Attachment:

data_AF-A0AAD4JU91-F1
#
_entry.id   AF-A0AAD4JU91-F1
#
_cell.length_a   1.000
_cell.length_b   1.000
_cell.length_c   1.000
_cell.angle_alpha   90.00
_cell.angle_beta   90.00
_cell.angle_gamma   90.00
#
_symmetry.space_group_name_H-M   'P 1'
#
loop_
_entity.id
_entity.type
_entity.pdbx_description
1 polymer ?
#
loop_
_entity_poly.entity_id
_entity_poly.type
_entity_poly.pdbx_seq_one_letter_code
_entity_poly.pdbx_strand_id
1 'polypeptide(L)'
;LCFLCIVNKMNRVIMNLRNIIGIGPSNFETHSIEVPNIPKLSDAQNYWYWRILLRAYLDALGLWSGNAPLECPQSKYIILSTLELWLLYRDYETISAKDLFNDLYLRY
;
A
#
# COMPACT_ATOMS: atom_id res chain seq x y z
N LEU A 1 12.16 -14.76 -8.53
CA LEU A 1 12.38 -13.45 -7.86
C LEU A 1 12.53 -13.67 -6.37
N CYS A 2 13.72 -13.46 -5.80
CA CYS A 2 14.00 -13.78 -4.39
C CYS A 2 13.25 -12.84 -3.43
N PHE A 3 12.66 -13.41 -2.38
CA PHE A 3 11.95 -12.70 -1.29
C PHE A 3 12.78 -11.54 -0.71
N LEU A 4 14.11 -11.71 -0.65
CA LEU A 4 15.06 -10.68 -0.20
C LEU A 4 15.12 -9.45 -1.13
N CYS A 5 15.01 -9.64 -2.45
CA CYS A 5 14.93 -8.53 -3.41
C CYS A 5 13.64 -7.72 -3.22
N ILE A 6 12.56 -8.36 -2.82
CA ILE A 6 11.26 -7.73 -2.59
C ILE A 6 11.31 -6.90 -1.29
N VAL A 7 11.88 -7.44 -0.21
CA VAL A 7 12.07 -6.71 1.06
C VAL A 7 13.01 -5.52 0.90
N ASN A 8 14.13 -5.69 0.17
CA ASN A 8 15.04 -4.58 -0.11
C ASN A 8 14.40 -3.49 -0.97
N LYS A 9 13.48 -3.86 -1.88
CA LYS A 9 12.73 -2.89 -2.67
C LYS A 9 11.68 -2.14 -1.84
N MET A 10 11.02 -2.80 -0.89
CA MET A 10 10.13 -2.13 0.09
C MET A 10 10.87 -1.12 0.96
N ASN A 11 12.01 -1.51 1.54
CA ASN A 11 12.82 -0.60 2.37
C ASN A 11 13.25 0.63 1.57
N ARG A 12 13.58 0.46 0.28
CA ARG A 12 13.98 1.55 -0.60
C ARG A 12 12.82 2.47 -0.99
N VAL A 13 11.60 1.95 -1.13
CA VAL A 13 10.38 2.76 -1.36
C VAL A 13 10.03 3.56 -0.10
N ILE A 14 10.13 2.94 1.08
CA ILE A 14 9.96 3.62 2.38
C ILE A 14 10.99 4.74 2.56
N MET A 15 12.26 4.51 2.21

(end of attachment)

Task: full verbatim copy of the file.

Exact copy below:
data_AF-A0AAD4JU91-F1
#
_entry.id   AF-A0AAD4JU91-F1
#
_cell.length_a   1.000
_cell.length_b   1.000
_cell.length_c   1.000
_cell.angle_alpha   90.00
_cell.angle_beta   90.00
_cell.angle_gamma   90.00
#
_symmetry.space_group_name_H-M   'P 1'
#
loop_
_entity.id
_entity.type
_entity.pdbx_description
1 polymer ?
#
loop_
_entity_poly.entity_id
_entity_poly.type
_entity_poly.pdbx_seq_one_letter_code
_entity_poly.pdbx_strand_id
1 'polypeptide(L)'
;LCFLCIVNKMNRVIMNLRNIIGIGPSNFETHSIEVPNIPKLSDAQNYWYWRILLRAYLDALGLWSGNAPLECPQSKYIILSTLELWLLYRDYETISAKDLFNDLYLRY
;
A
#
# COMPACT_ATOMS: atom_id res chain seq x y z
N LEU A 1 12.16 -14.76 -8.53
CA LEU A 1 12.38 -13.45 -7.86
C LEU A 1 12.53 -13.67 -6.37
N CYS A 2 13.72 -13.46 -5.80
CA CYS A 2 14.00 -13.78 -4.39
C CYS A 2 13.25 -12.84 -3.43
N PHE A 3 12.66 -13.41 -2.38
CA PHE A 3 11.95 -12.70 -1.29
C PHE A 3 12.78 -11.54 -0.71
N LEU A 4 14.11 -11.71 -0.65
CA LEU A 4 15.06 -10.68 -0.20
C LEU A 4 15.12 -9.45 -1.13
N CYS A 5 15.01 -9.64 -2.45
CA CYS A 5 14.93 -8.53 -3.41
C CYS A 5 13.64 -7.72 -3.22
N ILE A 6 12.56 -8.36 -2.82
CA ILE A 6 11.26 -7.73 -2.59
C ILE A 6 11.31 -6.90 -1.29
N VAL A 7 11.88 -7.44 -0.21
CA VAL A 7 12.07 -6.71 1.06
C VAL A 7 13.01 -5.52 0.90
N ASN A 8 14.13 -5.69 0.17
CA ASN A 8 15.04 -4.58 -0.11
C ASN A 8 14.40 -3.49 -0.97
N LYS A 9 13.48 -3.86 -1.88
CA LYS A 9 12.73 -2.89 -2.67
C LYS A 9 11.68 -2.14 -1.84
N MET A 10 11.02 -2.80 -0.89
CA MET A 10 10.13 -2.13 0.09
C MET A 10 10.87 -1.12 0.96
N ASN A 11 12.01 -1.51 1.54
CA ASN A 11 12.82 -0.60 2.37
C ASN A 11 13.25 0.63 1.57
N ARG A 12 13.58 0.46 0.28
CA ARG A 12 13.98 1.55 -0.60
C ARG A 12 12.82 2.47 -0.99
N VAL A 13 11.60 1.95 -1.13
CA VAL A 13 10.38 2.76 -1.36
C VAL A 13 10.03 3.56 -0.10
N ILE A 14 10.13 2.94 1.08
CA ILE A 14 9.96 3.62 2.38
C ILE A 14 10.99 4.74 2.56
N MET A 15 12.26 4.51 2.21